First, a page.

The quenching system B employs air as a cooling fluid. This air is supplied under pressure through a duet l2 leading from a centrifugal fan or blower l3 which is belt driven from an electric motor I l. The fan 13 draws the air, from the room or from outside the building, in through its intake i5 mounted on the side of the housing of the fan [3.

Referring now to Figure 3, the air that is drawn through the fan 13 is carried upwardly and then horizontally through the duct i2 and an upper branch duct 16 leading to a plenum chamber l'l forming the upper portion of the quenching system 6. The plenum chamber l1 terminates in a series of nozzles [8 the discharge orifices of which are located immediately above the path of the glass sheets to be tempered.

The air supply duct 12 also has another or lower branch duct l9 which leads to a lower plenum chamber 20 that is fitted with nozzles 2i located immediately beneath the path of the glass sheets to be tempered. A damper 22 controlled by a handle 23 regulates the flow of cooling fluid through the lower branch duct 29 so as to maintain the desired pressure relations between the upper and lower plenum chambers H and 20 respectively. Pressure gauges 24 and 25 are provided to give a visual indication of the pressures within these chambers.

As may be seen in Figure 3, the orifice ends of the nozzles 18 are convex downwardly while the orifice ends of the lower nozzles 2i are concave so that, in end elevation, a clear space is left between the nozzles l8 and 2| which clear space conforms generally to the curvature of a bent glass sheet. A mold frame 26 (Figure 4) has its cross members 21 curved to conform to the same curvature as the-bent glass sheet sothat it may carry the glass supporting mold and the glass through the space between the nozzles 18 and 2| with the nozzles located equallyclose to all'portions ofthe glass sheetto be cooled. As is illusstrated in Figures 11 and 12, the orifice ends of the nozzles l8 and 2| may be varied by design to conform to any desired glass curvature.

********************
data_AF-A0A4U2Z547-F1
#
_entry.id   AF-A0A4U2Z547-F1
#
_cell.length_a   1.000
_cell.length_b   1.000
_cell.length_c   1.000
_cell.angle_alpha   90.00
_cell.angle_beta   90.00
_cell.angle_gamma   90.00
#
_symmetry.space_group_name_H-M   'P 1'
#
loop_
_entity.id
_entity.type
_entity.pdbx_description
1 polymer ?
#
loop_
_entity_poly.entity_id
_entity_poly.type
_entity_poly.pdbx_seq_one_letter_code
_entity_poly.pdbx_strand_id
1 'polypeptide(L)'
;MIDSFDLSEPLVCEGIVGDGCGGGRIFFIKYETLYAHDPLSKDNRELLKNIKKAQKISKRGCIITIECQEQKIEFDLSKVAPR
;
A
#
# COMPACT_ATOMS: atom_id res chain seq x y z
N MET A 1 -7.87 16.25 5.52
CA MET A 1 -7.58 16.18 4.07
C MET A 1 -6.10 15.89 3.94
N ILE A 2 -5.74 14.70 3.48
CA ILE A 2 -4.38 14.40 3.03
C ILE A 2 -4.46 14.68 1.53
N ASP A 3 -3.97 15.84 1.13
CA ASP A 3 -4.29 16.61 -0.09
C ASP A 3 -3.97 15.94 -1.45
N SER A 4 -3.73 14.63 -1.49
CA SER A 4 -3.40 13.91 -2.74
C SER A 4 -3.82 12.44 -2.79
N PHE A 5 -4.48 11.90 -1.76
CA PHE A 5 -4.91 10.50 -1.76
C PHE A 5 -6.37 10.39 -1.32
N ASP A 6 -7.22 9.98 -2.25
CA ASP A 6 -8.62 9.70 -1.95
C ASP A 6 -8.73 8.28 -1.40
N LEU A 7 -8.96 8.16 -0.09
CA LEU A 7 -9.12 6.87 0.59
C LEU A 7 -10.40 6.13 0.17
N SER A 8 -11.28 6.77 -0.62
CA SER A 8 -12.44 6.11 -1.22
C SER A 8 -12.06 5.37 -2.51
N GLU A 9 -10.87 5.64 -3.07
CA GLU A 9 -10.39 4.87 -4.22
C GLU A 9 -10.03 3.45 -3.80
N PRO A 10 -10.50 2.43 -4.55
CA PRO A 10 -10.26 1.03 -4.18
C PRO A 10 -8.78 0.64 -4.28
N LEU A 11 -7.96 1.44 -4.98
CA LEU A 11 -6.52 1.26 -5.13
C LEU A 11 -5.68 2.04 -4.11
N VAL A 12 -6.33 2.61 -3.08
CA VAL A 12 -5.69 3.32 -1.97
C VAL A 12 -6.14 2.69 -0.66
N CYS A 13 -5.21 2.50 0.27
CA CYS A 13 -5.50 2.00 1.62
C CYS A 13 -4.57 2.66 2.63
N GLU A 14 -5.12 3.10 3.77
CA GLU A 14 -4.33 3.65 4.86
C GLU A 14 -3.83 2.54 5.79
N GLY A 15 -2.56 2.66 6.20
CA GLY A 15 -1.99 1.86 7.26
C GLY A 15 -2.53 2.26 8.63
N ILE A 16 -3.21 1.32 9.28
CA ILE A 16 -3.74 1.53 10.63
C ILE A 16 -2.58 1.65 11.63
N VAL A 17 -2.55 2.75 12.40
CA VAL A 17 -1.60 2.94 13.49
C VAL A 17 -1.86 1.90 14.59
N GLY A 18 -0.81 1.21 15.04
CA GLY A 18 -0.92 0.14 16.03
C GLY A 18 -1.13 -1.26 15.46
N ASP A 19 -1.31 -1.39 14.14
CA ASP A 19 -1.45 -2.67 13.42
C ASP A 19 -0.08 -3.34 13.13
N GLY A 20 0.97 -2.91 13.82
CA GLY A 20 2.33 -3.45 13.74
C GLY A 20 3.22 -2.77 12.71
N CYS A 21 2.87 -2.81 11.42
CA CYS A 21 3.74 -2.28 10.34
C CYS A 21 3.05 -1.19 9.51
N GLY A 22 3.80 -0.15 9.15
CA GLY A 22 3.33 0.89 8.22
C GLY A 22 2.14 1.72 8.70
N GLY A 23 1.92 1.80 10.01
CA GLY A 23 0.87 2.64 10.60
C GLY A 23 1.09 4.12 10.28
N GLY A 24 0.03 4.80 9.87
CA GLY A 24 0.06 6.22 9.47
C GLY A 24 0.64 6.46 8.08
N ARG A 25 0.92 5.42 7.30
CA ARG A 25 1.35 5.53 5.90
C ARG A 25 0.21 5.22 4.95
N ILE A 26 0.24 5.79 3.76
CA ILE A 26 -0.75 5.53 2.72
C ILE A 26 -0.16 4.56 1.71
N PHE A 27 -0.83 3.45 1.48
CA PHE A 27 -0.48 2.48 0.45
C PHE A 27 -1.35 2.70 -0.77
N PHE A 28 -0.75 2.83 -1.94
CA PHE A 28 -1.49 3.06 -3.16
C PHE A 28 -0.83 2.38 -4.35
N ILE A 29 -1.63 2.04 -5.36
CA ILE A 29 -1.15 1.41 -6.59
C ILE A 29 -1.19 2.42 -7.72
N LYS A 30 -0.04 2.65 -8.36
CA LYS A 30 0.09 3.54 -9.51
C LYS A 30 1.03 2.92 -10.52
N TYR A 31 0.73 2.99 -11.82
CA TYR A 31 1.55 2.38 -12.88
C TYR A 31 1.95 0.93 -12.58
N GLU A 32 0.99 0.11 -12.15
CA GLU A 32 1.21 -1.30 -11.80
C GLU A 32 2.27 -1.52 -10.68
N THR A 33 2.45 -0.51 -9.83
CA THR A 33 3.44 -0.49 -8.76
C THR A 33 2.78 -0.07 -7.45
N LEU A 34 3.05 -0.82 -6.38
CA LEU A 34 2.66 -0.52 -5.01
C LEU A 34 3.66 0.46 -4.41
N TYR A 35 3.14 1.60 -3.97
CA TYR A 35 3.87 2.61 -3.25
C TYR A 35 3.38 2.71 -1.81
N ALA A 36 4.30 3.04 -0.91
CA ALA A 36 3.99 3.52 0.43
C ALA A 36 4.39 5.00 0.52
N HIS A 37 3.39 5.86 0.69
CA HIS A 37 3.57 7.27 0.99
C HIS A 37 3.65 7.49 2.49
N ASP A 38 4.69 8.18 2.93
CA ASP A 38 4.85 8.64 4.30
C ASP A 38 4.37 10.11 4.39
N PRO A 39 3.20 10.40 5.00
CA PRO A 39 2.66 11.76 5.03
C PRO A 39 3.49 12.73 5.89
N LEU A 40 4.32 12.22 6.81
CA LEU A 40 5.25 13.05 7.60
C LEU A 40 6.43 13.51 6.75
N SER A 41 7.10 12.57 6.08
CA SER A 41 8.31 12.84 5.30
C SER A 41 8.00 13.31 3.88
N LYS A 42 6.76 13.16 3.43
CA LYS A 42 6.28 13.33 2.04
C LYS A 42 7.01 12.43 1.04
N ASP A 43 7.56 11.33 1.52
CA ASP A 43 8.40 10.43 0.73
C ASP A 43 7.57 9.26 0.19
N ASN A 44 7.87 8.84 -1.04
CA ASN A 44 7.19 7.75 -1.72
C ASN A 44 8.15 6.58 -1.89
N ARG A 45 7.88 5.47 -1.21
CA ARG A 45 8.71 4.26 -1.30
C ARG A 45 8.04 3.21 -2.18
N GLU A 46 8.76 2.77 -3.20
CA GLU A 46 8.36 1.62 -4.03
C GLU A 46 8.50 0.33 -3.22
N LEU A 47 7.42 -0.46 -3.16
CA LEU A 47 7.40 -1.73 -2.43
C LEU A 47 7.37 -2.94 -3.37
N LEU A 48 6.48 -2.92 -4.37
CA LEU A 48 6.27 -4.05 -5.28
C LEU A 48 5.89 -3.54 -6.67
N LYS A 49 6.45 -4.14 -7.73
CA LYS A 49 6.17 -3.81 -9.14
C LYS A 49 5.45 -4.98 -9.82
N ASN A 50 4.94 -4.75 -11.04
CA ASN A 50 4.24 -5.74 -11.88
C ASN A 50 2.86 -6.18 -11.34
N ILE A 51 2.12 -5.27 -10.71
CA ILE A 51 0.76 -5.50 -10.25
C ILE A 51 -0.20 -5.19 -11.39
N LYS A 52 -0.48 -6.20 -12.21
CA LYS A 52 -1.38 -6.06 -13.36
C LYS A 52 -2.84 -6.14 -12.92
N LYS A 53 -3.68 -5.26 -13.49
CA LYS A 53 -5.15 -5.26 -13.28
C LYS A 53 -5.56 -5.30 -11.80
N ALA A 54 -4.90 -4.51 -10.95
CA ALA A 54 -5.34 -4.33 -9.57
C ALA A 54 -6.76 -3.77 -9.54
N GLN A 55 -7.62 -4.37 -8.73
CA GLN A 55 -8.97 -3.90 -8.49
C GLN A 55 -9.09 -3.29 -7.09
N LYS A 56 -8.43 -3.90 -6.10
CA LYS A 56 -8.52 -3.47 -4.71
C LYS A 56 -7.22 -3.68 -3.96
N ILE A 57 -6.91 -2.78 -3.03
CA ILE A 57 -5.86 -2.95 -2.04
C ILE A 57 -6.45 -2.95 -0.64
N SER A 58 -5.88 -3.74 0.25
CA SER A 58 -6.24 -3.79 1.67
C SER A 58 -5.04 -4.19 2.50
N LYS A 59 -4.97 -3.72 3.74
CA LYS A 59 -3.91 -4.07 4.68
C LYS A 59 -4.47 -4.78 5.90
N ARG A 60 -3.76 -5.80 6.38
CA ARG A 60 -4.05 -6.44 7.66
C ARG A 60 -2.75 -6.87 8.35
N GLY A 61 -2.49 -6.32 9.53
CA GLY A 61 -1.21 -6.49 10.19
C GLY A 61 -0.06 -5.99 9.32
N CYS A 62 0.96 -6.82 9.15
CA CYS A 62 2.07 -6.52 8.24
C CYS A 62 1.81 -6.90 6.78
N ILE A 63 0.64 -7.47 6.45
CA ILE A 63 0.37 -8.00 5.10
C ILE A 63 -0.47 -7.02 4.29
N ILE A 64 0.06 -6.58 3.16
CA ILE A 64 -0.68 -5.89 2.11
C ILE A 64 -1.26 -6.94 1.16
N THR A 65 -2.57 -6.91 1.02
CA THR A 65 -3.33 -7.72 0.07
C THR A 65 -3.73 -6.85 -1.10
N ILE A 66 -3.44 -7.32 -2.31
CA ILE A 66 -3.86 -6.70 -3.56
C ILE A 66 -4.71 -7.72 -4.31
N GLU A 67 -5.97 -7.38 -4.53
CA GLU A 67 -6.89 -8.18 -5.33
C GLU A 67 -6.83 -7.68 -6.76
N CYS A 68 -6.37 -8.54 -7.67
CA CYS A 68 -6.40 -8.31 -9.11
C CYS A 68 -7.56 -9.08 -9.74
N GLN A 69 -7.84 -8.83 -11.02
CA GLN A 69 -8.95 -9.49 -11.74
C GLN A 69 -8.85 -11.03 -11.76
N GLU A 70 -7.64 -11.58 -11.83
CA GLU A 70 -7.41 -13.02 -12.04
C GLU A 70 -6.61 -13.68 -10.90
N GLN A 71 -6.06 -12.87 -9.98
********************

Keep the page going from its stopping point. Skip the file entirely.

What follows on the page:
The molds emerge from the heating chamber 3 through an exit opening 28 which is partially closed by baflle plates 29 and 30 (Figure 9) to leave a clear exit space that conforms tothe end elevation of the mold frame 26 and glass and mold carried thereon. The restriction of the exit opening 28serves two purposes. First; it decreases the heatloss at the end'ofthe heating chamber which would upset the temperature relations at that point and, second; the baflles shield the area adjacent the tempering and cooling system 6 to provide more comfortable working space for the workmen who supervise the operation of the equipment.

In Figures 1 and 3 a single fan'is shown for supplying air through the duct l2 and the upper and lower branch ducts l6 and I9 leading to the plenumchambers l1 and 20 and nozzles |8 and 2|. In some instances, it may be desirable to use one fan to supply the branch ductl6 and a second fan to supply the branch duct |9. This may provide a morefiexible control'in that the pressures may be varied both ways from the normal condition.

Referring-now to Figures 5, 3 and 10, the mold frames 26 progress through the heating chamber 3 on the roller conveyor 2 which consists of a large number of tubular conveyor rollers 3| which are spaced at intervals and driven by power mechanism extending along the side of the chamber 3. Eachof the tubular conveyor rollers 3| is fittedwith a pair of conical collars 32 which collars define a track forone of the legs of the mold frame 26 for guiding the mold frames along their intended path.